Electric vehicles (EVs) use electric motors powered by batteries to provide propulsion instead of internal combustion engines.
Demand for electric vehicles is expected to increase over the next few years as motorists attempt to cut costs and governments seek to curb carbon emissions and improve air quality.
Critics of electric cars argue that the need to recharge batteries makes them impractical, while the use of energy from the grid to power the vehicle undermines its environmental benefits.
However, advocates counter that carbon emissions associated with recharging electric vehicles will fall as more renewable energy comes on line, while figures from the British government suggest electric vehicles already result in overall carbon emission reductions of between 30 and 40 per cent compared to conventional cars.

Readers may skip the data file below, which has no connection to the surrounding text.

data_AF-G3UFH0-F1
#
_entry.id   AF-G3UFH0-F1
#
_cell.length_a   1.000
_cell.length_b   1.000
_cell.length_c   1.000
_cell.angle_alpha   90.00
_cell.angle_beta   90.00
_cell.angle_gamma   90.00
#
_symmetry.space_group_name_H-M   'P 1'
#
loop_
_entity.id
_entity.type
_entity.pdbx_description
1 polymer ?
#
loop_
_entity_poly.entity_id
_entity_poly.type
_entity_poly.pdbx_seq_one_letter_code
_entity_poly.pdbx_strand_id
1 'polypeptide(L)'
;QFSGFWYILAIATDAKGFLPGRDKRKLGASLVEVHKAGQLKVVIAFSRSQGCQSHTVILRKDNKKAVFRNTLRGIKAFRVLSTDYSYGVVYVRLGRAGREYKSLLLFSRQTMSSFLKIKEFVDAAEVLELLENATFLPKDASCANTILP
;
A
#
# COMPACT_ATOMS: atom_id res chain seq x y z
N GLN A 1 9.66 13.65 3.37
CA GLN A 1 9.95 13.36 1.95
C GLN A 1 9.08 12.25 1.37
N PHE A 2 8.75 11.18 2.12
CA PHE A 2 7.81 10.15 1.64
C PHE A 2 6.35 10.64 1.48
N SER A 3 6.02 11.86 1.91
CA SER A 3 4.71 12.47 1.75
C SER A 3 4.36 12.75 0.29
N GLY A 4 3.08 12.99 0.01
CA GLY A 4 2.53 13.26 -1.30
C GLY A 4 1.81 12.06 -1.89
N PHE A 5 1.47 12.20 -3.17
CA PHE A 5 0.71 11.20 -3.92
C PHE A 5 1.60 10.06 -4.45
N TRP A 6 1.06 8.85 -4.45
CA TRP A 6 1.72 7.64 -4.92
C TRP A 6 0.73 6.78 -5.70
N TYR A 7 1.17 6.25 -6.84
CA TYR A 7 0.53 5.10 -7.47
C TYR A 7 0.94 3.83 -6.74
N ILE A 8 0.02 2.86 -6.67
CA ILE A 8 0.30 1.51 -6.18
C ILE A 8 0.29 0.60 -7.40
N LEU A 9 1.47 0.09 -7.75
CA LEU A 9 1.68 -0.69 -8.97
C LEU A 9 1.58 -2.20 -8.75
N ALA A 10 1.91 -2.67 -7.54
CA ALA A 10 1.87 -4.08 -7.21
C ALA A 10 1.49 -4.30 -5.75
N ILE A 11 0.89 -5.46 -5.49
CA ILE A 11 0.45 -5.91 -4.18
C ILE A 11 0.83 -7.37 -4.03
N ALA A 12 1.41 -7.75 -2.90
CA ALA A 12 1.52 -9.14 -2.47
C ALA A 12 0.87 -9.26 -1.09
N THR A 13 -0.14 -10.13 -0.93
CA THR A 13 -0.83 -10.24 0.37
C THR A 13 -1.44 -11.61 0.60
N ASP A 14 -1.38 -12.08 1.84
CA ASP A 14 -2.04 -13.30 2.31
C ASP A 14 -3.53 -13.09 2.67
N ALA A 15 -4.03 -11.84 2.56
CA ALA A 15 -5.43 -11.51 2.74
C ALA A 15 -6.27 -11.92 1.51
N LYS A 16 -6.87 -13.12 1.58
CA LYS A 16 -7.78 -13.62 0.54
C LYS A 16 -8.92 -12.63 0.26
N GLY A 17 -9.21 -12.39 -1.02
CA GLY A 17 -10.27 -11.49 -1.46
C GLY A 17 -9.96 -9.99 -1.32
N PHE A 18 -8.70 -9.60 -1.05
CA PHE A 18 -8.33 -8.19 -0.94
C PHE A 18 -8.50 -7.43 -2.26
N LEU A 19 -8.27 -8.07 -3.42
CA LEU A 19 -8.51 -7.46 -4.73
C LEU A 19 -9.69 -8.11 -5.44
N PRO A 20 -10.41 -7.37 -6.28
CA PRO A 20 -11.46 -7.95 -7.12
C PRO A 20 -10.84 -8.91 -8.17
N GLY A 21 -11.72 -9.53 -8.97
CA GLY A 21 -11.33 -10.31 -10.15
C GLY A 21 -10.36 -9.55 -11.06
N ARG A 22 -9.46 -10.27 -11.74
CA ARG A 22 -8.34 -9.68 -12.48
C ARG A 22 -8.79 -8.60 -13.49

Meanwhile, the emergence of lithium-ion batteries has resulted in the development of several new electric cars from major manufacturers that boast performance on a par with conventional cars and a range typically around one hundred miles between recharges.
Electric vehicles also have lower fuel costs, typically around £400-£500 for an average annual mileage of 10,000 miles (16,000km) compared to a petrol cost of around £1,200 per year, while numerous governments have introduced incentives to encourage uptake of the technology.
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